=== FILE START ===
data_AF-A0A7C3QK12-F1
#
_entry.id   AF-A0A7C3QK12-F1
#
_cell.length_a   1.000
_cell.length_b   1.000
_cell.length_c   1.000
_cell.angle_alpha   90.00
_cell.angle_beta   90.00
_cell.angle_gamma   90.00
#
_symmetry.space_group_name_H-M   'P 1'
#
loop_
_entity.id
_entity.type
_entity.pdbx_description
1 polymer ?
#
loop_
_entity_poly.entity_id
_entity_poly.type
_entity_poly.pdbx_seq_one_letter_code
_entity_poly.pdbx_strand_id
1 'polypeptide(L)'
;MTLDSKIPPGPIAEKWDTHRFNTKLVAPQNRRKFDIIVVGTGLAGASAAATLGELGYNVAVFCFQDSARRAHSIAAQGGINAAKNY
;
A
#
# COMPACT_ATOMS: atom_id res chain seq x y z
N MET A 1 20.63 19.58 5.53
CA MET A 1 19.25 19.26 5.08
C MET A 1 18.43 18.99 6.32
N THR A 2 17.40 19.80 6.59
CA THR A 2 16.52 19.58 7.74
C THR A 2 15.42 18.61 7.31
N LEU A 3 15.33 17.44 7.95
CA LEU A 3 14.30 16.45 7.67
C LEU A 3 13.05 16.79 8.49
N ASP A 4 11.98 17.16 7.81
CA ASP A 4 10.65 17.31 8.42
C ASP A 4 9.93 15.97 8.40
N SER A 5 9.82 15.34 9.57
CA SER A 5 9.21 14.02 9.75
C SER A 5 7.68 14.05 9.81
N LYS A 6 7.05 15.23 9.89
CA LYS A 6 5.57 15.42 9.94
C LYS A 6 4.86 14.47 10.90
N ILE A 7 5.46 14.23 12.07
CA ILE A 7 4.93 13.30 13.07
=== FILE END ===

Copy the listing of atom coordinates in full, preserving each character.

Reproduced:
data_AF-A0A7C3QK12-F1
#
_entry.id   AF-A0A7C3QK12-F1
#
_cell.length_a   1.000
_cell.length_b   1.000
_cell.length_c   1.000
_cell.angle_alpha   90.00
_cell.angle_beta   90.00
_cell.angle_gamma   90.00
#
_symmetry.space_group_name_H-M   'P 1'
#
loop_
_entity.id
_entity.type
_entity.pdbx_description
1 polymer ?
#
loop_
_entity_poly.entity_id
_entity_poly.type
_entity_poly.pdbx_seq_one_letter_code
_entity_poly.pdbx_strand_id
1 'polypeptide(L)'
;MTLDSKIPPGPIAEKWDTHRFNTKLVAPQNRRKFDIIVVGTGLAGASAAATLGELGYNVAVFCFQDSARRAHSIAAQGGINAAKNY
;
A
#
# COMPACT_ATOMS: atom_id res chain seq x y z
N MET A 1 20.63 19.58 5.53
CA MET A 1 19.25 19.26 5.08
C MET A 1 18.43 18.99 6.32
N THR A 2 17.40 19.80 6.59
CA THR A 2 16.52 19.58 7.74
C THR A 2 15.42 18.61 7.31
N LEU A 3 15.33 17.44 7.95
CA LEU A 3 14.30 16.45 7.67
C LEU A 3 13.05 16.79 8.49
N ASP A 4 11.98 17.16 7.81
CA ASP A 4 10.65 17.31 8.42
C ASP A 4 9.93 15.97 8.40
N SER A 5 9.82 15.34 9.57
CA SER A 5 9.21 14.02 9.75
C SER A 5 7.68 14.05 9.81
N LYS A 6 7.05 15.23 9.89
CA LYS A 6 5.57 15.42 9.94
C LYS A 6 4.86 14.47 10.90
N ILE A 7 5.46 14.23 12.07
CA ILE A 7 4.93 13.30 13.07